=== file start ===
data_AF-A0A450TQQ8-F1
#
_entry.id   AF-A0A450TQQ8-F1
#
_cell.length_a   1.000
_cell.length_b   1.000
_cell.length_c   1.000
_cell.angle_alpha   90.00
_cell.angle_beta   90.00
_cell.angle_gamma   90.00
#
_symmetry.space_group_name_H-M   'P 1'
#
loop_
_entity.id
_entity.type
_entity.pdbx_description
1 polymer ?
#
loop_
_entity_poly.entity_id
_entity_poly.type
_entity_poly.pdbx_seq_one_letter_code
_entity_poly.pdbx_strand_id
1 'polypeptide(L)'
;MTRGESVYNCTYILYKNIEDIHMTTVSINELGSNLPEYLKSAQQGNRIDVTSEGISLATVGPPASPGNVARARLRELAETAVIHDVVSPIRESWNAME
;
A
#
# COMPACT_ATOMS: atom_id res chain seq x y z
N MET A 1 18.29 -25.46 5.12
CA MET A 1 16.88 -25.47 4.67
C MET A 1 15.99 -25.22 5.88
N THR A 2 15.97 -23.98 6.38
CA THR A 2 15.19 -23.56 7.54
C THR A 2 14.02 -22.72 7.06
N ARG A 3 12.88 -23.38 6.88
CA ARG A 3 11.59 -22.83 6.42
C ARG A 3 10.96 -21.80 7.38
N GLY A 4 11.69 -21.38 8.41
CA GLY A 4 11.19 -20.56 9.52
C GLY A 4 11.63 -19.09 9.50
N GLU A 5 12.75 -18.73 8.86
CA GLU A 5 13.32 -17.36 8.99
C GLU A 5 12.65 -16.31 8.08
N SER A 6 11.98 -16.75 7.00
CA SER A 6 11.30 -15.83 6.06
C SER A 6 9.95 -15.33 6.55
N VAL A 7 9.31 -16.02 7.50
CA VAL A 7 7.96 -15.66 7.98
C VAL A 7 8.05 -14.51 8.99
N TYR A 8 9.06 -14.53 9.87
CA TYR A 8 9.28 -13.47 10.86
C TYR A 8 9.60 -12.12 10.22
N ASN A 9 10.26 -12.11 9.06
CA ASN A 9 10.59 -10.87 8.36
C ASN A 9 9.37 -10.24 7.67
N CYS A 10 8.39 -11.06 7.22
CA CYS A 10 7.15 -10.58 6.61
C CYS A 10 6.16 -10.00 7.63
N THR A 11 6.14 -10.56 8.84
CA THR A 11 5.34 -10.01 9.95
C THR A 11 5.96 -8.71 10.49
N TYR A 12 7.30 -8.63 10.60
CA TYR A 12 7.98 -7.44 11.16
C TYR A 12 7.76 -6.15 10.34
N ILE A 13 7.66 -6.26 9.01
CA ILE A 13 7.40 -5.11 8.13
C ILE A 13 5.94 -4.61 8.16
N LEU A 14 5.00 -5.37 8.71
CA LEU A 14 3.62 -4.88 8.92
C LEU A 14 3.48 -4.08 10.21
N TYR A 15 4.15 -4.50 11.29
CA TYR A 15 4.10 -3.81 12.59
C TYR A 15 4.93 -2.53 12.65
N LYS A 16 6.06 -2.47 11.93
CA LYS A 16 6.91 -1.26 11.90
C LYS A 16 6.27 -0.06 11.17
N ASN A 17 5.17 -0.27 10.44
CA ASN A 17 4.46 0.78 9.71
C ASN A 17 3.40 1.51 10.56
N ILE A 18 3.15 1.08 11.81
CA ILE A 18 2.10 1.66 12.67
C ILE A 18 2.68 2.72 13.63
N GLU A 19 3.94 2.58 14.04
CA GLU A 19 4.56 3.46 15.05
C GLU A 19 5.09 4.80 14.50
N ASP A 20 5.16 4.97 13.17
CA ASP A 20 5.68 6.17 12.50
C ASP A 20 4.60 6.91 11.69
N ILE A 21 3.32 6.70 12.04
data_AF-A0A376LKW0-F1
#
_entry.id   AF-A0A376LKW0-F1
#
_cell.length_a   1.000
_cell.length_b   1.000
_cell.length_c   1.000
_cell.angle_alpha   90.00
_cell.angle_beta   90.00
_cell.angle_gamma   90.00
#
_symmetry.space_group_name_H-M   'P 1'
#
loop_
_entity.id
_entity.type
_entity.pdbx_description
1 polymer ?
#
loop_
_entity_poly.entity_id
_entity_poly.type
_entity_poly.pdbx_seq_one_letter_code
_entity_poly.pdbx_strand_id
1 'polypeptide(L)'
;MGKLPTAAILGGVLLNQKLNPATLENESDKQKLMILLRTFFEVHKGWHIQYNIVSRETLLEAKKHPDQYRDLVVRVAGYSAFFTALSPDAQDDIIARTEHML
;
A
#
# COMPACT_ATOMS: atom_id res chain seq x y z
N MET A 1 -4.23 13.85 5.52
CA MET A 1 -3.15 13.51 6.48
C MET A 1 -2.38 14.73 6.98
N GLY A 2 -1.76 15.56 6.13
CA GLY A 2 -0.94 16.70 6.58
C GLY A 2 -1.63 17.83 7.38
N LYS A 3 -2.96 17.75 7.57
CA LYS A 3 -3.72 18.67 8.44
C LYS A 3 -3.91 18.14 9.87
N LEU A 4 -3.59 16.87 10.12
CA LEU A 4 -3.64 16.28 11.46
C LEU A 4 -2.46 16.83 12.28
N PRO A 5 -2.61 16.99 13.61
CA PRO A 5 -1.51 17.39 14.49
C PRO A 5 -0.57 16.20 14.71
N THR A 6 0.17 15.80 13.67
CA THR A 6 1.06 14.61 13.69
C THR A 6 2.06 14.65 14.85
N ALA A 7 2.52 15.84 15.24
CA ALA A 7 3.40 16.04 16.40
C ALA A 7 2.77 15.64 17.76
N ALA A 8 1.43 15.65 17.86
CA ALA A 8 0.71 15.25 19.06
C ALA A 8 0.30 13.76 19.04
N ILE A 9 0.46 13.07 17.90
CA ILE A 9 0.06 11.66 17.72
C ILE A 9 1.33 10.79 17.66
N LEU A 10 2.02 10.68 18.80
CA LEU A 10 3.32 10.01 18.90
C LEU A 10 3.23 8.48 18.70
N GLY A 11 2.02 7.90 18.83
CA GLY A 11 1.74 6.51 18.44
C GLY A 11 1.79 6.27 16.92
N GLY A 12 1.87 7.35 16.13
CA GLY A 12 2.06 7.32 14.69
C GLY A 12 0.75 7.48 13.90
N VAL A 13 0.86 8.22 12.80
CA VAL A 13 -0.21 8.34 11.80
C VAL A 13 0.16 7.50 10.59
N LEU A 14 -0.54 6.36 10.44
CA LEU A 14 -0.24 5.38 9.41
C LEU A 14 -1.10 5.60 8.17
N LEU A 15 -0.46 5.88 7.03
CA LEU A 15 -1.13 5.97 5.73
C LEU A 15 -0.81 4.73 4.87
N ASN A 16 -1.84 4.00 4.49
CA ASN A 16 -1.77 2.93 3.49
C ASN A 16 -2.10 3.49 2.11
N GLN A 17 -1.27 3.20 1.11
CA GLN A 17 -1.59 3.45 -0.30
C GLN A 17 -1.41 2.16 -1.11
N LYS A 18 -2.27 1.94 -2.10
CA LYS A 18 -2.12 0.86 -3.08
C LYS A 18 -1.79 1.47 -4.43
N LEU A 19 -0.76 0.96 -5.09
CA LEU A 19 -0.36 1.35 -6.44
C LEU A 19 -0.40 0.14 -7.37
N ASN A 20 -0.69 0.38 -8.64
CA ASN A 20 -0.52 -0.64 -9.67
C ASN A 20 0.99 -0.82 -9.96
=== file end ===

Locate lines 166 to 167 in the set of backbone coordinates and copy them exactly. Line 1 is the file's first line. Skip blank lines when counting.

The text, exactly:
C LEU A 15 -0.81 4.73 4.87
N ASN A 16 -1.84 4.00 4.49